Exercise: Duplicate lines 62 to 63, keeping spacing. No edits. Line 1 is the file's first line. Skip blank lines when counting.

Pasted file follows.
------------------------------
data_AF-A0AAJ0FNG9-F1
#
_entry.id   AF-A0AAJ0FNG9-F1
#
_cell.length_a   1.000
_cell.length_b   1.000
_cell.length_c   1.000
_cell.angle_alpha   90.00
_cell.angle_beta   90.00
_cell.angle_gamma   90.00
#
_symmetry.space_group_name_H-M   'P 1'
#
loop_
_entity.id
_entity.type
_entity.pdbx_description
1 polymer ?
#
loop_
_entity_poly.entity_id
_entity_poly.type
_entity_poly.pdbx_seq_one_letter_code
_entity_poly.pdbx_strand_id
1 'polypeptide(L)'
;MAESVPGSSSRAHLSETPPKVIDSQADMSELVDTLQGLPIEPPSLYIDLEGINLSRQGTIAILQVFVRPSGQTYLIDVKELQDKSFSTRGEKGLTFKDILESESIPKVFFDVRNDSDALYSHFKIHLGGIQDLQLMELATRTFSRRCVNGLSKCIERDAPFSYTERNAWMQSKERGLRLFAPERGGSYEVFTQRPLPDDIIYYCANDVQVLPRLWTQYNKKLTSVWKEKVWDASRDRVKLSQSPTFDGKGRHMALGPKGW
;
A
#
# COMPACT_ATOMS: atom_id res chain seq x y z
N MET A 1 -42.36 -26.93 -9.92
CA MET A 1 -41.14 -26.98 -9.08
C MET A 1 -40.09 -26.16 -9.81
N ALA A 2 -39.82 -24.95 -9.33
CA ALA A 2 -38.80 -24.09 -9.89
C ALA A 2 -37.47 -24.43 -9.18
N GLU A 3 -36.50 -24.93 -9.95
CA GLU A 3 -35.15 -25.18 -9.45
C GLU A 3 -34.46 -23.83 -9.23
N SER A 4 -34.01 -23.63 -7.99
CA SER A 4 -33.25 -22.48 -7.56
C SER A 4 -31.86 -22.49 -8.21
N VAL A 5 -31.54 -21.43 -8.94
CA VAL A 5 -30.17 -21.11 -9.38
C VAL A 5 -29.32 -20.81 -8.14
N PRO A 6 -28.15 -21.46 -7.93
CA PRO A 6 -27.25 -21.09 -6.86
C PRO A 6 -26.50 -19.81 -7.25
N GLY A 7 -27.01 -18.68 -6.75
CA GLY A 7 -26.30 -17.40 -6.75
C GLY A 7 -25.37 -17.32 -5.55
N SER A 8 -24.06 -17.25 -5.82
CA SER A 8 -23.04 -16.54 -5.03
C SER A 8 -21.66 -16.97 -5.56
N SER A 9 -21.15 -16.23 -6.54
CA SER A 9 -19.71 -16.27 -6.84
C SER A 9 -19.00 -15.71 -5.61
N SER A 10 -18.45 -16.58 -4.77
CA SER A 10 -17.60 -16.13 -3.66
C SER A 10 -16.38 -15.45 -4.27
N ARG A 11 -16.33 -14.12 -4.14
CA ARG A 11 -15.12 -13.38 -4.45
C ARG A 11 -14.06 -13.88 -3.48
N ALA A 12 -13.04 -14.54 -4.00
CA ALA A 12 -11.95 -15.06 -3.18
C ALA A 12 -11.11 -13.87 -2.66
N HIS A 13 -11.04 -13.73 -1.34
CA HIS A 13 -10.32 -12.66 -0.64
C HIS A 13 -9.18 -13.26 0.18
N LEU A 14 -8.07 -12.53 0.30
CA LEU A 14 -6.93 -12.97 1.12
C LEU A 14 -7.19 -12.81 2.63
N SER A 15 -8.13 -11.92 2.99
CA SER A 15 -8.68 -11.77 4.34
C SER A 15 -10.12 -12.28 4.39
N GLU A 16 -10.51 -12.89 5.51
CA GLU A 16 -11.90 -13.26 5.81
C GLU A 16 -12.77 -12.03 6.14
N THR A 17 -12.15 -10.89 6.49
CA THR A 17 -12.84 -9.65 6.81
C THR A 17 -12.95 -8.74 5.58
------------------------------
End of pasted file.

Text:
CA ARG A 11 -15.12 -13.38 -4.45
C ARG A 11 -14.06 -13.88 -3.48